W3C home > Mailing lists > Public > www-style@w3.org > June 2002

Re: CSS3 module: lists question

From: Ian Hickson <ian@hixie.ch>
Date: Wed, 12 Jun 2002 18:14:51 +0100
Message-ID: <3D07818B.8060908@hixie.ch>
To: Christian Roth <roth@visualclick.de>
CC: www-style Mailing List <www-style@w3.org>

Christian Roth wrote:
> 
> thank you for the comments. I guess it means that 
>
>>   list > list-item::marker { ... }
> 
> can be used directly in the style attribute

No, I intended to suggest that this be used in an external stylesheet.


>> Don't use style attributes.
> 
> Can I interpret this as that the recommended practice is to use the ID
> attribute of an element instead to extract all styles and place it into
> an associated stylesheet?

No, the practice I would recommend is to use semantic markup and to then style 
it using contextual rules.

For example, instead of:

    <list style="...">
       <list-item style="..."> ... </list-item>
    </list>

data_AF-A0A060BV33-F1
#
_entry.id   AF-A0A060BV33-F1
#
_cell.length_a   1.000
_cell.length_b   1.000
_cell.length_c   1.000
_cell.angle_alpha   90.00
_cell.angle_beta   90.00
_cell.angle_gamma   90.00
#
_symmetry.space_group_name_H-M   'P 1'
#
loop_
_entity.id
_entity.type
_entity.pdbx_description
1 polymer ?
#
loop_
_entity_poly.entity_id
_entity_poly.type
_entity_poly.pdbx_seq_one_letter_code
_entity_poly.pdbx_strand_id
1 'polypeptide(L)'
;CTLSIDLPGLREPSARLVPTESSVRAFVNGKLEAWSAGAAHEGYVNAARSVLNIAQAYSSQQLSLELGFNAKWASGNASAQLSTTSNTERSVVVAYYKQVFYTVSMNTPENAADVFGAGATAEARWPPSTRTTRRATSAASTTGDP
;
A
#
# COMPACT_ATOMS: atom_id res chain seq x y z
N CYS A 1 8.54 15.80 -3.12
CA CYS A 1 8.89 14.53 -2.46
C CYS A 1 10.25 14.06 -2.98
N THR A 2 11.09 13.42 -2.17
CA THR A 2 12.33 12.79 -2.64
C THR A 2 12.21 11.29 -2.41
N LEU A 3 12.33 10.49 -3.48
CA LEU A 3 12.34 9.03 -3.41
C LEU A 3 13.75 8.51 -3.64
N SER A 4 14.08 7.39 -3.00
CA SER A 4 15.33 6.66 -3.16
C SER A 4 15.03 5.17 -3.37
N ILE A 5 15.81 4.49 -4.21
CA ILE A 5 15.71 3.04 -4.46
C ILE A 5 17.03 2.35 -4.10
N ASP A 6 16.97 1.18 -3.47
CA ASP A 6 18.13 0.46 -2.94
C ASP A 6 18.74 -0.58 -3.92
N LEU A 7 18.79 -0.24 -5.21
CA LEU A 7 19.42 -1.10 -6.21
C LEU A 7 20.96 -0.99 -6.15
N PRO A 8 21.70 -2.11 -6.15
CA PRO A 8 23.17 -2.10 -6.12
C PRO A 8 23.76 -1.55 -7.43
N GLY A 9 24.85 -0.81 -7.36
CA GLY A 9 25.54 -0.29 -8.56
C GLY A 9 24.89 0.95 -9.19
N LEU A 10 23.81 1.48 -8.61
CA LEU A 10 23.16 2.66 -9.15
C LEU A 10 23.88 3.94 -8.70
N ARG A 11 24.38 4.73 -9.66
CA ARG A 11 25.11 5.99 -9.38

...you would say:

    list { ... }
    list > list-item { ... }

...and:

    <list>
       <list-item> ... </list-item>
    </list>

Stylistic information is totally separate from structural information. You don't 
  know, when writing the content, which elements you will be needing to style.


 > I am talking only about styles that would occur
> once in the document and can not be 'class'ified semantically.

I am not aware of any styles that couldn't be done semantically. Could you give 
a specific example?

-- 
Ian Hickson
``The inability of a user agent to implement part of this specification due to
the limitations of a particular device (e.g., non interactive user agents will
probably not implement dynamic pseudo-classes because they make no sense
without interactivity) does not imply non-conformance.'' -- Selectors, Sec13
Received on Wednesday, 12 June 2002 13:14:58 GMT

This archive was generated by hypermail 2.2.0+W3C-0.50 : Monday, 27 April 2009 13:54:14 GMT